Decisionmakers: Truckee Mayor Richard Anderson
August 12, 2007
As Truckee expands many of its 16,000 citizens worry how the competing interests of environmental concern and commercial development will coexist.
Truckee’s town council members are usually at the epicenter of many land-use debates. One of the town council’s philosophies is something that Richard Anderson, Truckee’s twelfth mayor, admires.
“The town’s commitment to what we call ‘The Truckee Way,’ which basically is a commitment to seek consensus when making decisions and to be as inclusive as possible … It means, too, that everyone has a voice, and all voices will be listened to with respect.”
Anderson moved to Truckee in 1999 after more than ten years of experience with land-use issues and as a consultant in land economics. Well before the physical move he began to feel restless within the confines of his profession.
“I was growing bored with consulting work and needed to find another way to put beer in the fridge and gas in the fishing truck.”
He decided to try something new and laid much of his saving on the line to start California Fly Fisher magazine. The outdoor enthusiast had no previous publishing experience but said he was willing to gamble his savings and allow his interest in writing, graphic design and angling guide him through. Anderson said the magazine is the most rewarding pursuit he has undertaken.
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“Even after 15 years it’s the most enjoyable job I’ve ever had, if one doesn’t mind having a life ruled by deadlines.”
Growing up fishing in the streams and creeks that run through the California foothills helped Anderson develop his love for the outdoors. A desire to preserve the environment he grew up with encouraged him to get involved in the public land use issues in the community.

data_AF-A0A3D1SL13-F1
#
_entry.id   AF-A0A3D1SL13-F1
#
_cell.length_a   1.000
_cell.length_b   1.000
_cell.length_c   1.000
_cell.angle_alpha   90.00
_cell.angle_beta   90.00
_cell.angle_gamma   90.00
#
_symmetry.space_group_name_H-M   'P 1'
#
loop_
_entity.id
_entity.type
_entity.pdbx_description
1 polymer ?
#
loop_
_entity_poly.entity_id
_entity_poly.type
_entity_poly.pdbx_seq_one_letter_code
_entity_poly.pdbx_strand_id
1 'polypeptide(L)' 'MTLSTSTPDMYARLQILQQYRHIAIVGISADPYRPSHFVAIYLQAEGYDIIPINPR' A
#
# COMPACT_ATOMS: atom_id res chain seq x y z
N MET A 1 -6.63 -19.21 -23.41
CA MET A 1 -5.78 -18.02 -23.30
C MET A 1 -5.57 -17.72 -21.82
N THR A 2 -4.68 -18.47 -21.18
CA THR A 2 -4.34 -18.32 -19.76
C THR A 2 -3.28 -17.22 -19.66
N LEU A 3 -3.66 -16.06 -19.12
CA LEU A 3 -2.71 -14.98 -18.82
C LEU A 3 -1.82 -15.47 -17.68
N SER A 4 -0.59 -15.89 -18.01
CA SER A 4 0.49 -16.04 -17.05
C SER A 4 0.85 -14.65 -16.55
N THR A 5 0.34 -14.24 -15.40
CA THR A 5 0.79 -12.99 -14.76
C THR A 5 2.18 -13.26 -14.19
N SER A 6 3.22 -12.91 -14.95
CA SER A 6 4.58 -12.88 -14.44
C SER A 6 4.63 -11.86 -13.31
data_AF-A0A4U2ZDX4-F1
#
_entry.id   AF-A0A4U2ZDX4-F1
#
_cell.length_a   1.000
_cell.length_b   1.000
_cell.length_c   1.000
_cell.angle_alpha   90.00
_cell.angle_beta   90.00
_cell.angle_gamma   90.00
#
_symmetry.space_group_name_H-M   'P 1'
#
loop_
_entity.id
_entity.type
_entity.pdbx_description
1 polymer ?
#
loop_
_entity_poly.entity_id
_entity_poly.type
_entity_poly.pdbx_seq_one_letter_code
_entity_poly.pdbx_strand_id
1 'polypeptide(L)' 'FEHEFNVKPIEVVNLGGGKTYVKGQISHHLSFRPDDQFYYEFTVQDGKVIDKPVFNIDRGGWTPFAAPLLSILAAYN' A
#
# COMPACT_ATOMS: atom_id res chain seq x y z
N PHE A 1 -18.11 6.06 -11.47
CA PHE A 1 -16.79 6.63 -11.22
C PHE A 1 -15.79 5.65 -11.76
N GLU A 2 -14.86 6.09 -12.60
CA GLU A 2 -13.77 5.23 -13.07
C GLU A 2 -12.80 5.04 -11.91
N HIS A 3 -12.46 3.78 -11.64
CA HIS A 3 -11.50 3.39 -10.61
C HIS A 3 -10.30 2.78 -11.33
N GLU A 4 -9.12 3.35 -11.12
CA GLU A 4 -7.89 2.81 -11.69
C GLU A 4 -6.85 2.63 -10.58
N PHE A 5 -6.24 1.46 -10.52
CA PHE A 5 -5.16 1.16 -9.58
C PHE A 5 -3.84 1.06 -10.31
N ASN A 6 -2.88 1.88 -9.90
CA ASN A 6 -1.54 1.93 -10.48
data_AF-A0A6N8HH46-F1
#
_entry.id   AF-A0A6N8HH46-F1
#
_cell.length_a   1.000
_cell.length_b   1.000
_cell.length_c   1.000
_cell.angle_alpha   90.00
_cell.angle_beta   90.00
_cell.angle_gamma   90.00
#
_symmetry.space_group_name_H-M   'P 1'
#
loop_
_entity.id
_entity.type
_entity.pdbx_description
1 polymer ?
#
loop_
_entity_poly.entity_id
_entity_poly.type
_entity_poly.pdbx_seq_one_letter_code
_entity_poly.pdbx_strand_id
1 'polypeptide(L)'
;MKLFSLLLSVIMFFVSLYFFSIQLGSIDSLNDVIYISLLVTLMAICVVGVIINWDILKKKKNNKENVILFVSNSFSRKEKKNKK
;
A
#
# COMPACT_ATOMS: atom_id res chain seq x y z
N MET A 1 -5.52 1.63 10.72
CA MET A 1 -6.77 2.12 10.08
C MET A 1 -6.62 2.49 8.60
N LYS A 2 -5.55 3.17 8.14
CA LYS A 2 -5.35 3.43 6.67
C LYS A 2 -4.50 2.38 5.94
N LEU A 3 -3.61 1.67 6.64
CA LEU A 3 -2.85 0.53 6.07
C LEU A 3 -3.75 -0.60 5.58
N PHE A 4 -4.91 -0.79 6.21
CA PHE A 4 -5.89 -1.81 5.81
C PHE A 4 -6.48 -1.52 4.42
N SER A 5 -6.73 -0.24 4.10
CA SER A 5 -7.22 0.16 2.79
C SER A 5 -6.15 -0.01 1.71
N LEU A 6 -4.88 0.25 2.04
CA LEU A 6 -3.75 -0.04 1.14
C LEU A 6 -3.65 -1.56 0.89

“It’s important that we all step up to protect those things we value,” said Anderson.
His work in protecting fisheries in the area eventually led him into politics.
Anderson said the job of mayor is not unlike any other seat on Truckee’s town council except that the mayor runs the council meetings, signs town proclamations and other documents and handles ceremonial duties. Anderson realizes that a high-profile title and officiating ceremonial events make him appear more important than other council members.
“It’s easy to take oneself too seriously. I’ve come to believe that, for our particular form of government, the highest quality of a good mayor is humility. Which is probably also the least likeliest quality you’ll find in a politician.”
A mayor’s term is 12 months and the post rotates among the five elected council members. A system that Anderson agrees with.
“I think our system works well in that it ensures all council members have an equal role in decision-making. No single person, mayor included, has an unfair advantage in setting policy and approving programs. Personally, I wouldn’t want it any other way.”
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